Watching his father pass away made him confront mortality and his attitude towards it. “The reality of mortality hits you like a ton of bricks,” he shared.
It’s a heart-wrenching experience to watch a loving parent breathe their last right in front of you while you can’t do anything to stop it. Now 45 years old, Bradley Cooper vividly remembered the moment where he held his father in his arms as he passed away in 2011.
“…My dad dying was brutal for all of us. It was a schism, and its aftershock has not stopped,” the actor told Details magazine, as quoted by Los Angeles Times.
The actor revealed how that single moment of holding his dying father, Charles, was life-changing when he spoke to Oprah Winfrey on SuperSoul Conversations, according to USA Today. “It was everything,” he said. “It was the biggest gift he gave me – the second biggest gift. [The first was] having me and bringing me into this life and [then] him allowing me to be witness to his passing was equally as huge.”
He added, “It really honestly felt like – he was cradled, his head was right here – and when he took the last breath I honestly felt like it went into me, and I’ve never seen anything the same since… I remember that moment and I looked up and I thought everything was different. [I became] stronger, more open, more willing to fail because of him…”
“The reality of mortality hits you like a ton of bricks.”
Even after years passed since he lost his father to lung cancer, Cooper would still see him appearing in his dreams. “I cherish them. I love when he’s in my dreams,” he said. “In the beginning he was very sick in my dreams, and now in my dreams he’s healthy.”
After his father’s death, the Hollywood star started living life differently and it changed his attitude completely. “My father’s death had this impact on me. It’s like I was saying about when I wanted to be a soldier. I think my father’s death addressed some of the fears or quandaries I had as a child about mortality. It was his parting gift to me. Watching this man — my father — leave his body and go,” he told Details magazine, as quoted by Los Angeles Times.
The death made him confront the idea of mortality but rather than being afraid of death, he found freedom in accepting the fact that someday it has to happen. “Watching him die. All of a sudden I was like, ‘Oh, right, I’m going to die too.’ Here it is. It’s not in a book. It’s not in a movie. It’s not in a story that was told to me. It’s not driving by an accident or watching it on TV. It’s someone you love dying in front of you. I was like, ‘Okay. This is death. And this is going to happen to me one day,’” Cooper said.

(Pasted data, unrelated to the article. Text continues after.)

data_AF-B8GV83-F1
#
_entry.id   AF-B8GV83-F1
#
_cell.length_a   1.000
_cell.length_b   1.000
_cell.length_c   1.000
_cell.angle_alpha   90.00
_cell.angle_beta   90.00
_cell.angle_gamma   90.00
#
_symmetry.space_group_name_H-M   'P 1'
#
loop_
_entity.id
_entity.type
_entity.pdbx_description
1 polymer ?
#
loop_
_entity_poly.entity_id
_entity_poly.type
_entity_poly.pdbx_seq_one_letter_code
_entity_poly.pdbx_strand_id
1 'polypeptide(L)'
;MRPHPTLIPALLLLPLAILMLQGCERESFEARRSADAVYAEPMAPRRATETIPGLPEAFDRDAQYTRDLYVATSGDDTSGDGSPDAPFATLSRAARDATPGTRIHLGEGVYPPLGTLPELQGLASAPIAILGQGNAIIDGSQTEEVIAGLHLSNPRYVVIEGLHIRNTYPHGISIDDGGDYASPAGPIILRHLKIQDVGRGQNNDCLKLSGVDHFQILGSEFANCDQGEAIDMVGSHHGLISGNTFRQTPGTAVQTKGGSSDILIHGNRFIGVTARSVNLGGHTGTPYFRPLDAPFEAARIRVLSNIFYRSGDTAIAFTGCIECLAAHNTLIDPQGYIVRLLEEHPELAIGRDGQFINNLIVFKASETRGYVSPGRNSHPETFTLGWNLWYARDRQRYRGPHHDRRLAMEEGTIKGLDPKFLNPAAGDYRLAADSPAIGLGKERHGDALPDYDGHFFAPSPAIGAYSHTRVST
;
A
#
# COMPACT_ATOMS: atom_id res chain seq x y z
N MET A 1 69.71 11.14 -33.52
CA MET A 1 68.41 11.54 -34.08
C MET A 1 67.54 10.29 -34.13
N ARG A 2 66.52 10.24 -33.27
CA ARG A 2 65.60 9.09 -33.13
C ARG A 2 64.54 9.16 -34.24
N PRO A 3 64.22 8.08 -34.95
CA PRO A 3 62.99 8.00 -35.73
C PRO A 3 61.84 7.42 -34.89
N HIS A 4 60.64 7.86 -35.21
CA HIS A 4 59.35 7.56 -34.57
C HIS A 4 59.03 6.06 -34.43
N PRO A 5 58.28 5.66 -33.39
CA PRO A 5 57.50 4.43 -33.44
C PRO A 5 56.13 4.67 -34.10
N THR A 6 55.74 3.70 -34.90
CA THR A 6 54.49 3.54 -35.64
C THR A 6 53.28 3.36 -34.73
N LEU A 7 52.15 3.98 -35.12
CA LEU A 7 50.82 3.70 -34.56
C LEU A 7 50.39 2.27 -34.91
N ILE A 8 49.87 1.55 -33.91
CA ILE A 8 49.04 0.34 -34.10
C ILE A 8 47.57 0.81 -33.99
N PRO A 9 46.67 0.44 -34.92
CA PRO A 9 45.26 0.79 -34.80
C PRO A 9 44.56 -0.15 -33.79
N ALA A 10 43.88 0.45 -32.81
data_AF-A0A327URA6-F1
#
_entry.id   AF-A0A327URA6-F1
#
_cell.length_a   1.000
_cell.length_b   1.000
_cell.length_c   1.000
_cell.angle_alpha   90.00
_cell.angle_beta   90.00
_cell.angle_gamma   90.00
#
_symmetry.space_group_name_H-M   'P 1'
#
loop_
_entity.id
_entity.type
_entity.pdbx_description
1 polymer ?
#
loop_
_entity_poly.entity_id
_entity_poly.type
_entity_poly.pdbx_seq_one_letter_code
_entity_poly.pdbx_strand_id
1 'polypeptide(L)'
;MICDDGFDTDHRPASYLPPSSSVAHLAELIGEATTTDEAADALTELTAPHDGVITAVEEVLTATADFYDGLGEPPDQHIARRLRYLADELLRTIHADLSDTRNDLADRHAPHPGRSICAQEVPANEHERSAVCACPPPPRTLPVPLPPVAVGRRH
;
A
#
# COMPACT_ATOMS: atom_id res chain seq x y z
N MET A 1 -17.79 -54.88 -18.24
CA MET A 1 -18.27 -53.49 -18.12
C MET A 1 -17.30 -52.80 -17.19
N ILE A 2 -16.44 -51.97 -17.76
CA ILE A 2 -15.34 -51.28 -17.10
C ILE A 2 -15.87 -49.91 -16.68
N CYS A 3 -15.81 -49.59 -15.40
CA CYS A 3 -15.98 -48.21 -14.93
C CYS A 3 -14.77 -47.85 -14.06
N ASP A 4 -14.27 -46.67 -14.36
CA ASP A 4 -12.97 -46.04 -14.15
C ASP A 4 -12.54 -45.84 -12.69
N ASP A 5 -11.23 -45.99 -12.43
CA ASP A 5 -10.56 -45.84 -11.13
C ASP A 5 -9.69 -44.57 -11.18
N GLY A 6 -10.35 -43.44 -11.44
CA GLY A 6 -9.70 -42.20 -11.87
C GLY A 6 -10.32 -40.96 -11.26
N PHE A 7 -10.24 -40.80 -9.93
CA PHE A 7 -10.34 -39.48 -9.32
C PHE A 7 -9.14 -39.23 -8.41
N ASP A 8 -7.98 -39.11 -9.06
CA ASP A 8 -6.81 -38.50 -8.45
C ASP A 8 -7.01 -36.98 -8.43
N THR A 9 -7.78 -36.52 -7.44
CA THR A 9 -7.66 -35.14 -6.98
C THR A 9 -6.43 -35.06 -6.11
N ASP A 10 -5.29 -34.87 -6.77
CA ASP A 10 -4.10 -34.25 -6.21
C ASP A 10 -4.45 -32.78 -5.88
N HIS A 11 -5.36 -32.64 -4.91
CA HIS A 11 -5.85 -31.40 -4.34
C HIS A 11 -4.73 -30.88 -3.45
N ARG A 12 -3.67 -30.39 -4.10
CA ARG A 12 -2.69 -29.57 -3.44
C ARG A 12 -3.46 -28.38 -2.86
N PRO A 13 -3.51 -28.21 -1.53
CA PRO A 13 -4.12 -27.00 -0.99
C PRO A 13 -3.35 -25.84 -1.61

“There was a huge freedom that came with that. So now I just don’t sweat the … small stuff. My mind is just less busy now.”
The actor from A Star is Born also no longer worries about the little things and can truly be himself. “And if someone’s not going to like me, that’s just the way it is,” he said. “I used to think, ‘Oh, my God. I don’t want to make anyone not like me. I don’t want to ruffle any feathers.’ Now it’s like, ‘I’m just going to be myself and trust that.’ And I’m enjoying life more.”
The actor also revealed that his family was extremely close and his father’s loss was difficult for them. Following his death, Cooper started living with his mother so that they could both survive it together. “We’re surviving. Both of us. Let’s face it: It’s probably not easy for her, by the way, to be living with her son. It’s life. And right now, two years after my father’s death, this is where we are… we need each other. So here we are,” the actor previously shared.
One thing that keeps Cooper going is feeling like his dad is still part of his life. “My dad works his way into my life every day,” he told NPR. He even admitted to Oprah Winfrey that he sees his father in his first child with Irina Shayk.
“Our daughter, she’s incredible. And I see my father in her quite often,” he said, as quoted by People. “I can’t believe I’m gonna admit this, but I had moments when… I was in the room with her, I would say, ‘Dad?’” he said. “There are some moments where she looks just like my father. I watch too many movies.”
After the grief of losing his father, he found that raising a child also positively changed him in several ways. He told NPR, “I guess having a child and having a family of my own, which is a miracle and something I’ve always dreamt of, has opened me up even more, I guess, to the day and to be present.”